Lose weight, save your hearing

Looks like losing weight can do more than just help you to look and feel better and prevent diabetes, dementia and heart disease.

It might also save your hearing -- because new research on the effects of obesity confirms that obesity is a major risk factor for hearing loss.

And the bigger you get, the higher that risk.

If your BMI is between 30 and 39, your risk of hearing loss jumps by up to 22 percent, according to the study of nearly 70,000 women (and I bet you'd find similar numbers in men). If your BMI hits 40, your risk climbs even higher -- to 25 percent.

And if your waistline passes 34 inches, your risk of hearing loss jumps by 27 percent, regardless of your weight. In other words, even if you're not obese, having too much around your middle will still cause the effects of obesity to increase your risk of hearing loss.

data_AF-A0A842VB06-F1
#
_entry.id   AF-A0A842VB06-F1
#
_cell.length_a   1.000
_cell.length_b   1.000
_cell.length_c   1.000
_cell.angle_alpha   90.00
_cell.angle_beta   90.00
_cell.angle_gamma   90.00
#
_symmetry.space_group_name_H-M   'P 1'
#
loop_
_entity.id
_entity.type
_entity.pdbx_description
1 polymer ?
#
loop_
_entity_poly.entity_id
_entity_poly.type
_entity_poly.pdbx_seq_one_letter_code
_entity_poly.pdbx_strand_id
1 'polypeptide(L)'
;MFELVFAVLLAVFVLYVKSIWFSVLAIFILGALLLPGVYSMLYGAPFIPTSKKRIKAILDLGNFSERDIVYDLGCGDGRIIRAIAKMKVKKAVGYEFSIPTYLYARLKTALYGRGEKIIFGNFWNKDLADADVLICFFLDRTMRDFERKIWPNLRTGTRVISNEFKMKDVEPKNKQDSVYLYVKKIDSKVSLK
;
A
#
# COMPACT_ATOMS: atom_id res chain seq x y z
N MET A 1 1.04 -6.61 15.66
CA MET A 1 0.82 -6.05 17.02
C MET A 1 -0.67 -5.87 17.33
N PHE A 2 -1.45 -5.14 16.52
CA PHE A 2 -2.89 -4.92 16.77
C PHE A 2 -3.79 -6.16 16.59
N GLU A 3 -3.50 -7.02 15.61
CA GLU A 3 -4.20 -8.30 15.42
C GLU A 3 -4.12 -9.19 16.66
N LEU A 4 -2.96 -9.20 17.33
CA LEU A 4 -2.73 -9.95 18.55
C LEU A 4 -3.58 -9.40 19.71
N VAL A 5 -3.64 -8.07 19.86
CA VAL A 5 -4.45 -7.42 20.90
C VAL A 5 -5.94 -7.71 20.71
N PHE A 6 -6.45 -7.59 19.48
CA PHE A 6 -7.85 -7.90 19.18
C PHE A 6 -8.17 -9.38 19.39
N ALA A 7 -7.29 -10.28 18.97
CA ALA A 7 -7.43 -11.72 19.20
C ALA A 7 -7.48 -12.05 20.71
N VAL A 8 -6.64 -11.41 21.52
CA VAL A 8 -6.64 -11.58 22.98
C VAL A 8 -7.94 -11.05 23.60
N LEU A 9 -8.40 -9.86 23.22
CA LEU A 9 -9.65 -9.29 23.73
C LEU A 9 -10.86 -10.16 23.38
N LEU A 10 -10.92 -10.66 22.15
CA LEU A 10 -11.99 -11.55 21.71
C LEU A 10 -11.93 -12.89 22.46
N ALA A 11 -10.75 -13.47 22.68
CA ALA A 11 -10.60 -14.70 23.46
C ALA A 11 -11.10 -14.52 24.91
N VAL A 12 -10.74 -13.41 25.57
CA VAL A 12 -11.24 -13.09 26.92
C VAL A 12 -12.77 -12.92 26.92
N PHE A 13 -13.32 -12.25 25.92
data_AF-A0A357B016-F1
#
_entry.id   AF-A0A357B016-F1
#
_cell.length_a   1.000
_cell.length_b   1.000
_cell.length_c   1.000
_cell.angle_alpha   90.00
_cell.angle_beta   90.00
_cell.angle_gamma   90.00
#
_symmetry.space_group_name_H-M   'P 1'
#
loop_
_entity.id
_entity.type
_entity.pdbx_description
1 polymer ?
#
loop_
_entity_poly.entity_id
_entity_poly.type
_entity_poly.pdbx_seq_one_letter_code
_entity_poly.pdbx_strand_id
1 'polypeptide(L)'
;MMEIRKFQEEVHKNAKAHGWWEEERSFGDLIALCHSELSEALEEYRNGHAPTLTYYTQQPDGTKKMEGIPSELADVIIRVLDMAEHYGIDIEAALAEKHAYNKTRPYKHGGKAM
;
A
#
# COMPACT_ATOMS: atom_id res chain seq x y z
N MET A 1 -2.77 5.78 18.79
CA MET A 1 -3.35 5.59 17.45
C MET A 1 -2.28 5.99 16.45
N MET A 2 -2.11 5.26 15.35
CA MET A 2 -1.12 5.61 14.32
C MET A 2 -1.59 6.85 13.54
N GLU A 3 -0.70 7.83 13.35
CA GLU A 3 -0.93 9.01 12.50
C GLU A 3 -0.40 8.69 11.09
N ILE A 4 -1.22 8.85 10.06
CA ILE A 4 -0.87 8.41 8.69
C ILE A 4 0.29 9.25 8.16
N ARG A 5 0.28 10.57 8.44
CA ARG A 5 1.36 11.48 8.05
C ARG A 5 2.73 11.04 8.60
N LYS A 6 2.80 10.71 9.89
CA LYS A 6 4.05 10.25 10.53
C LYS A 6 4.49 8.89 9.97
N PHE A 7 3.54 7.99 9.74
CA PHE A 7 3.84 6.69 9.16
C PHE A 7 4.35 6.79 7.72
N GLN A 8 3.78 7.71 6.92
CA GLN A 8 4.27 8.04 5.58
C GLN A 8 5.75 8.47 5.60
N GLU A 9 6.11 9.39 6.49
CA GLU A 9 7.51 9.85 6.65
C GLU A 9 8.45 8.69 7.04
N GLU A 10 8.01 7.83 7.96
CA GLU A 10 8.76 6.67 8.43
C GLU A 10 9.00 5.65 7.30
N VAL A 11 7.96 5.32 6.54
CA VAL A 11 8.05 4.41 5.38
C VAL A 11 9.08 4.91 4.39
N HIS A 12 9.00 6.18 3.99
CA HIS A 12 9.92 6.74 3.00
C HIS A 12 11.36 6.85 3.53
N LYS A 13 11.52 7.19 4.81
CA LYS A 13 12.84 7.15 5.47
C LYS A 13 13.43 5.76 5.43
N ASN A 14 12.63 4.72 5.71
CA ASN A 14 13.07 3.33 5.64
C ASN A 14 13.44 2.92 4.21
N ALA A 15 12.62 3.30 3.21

The reason is simple: Like the rest of your body, your ears rely on good circulation to function right. Obesity, or too much fat in your midsection, will inhibit your circulation, as will the sedentary lifestyle that almost always is one of the effects of obesity.

When your circulation is restricted, your ears don't get enough blood -- and when they don't get enough blood, they don't get enough of the oxygen and nutrients that come along with it.

Losing weight will help you to improve circulation and restore the flow of blood to your ears, hopefully before you suffer any permanent damage. And of course the best way to shed some pounds and improve circulation is with a little exercise.

Walking for even just four hours a week -- not much, but at least it's a good start -- can actually cut your risk of hearing loss by about 15 percent, according to the study.

Get more movement, and you might see even better results.

Along with weight loss, there are two supplements I recommend to improve circulation, including circulation in the ear: ginkgo biloba and vinpocetine. You can find them at any quality natural health store.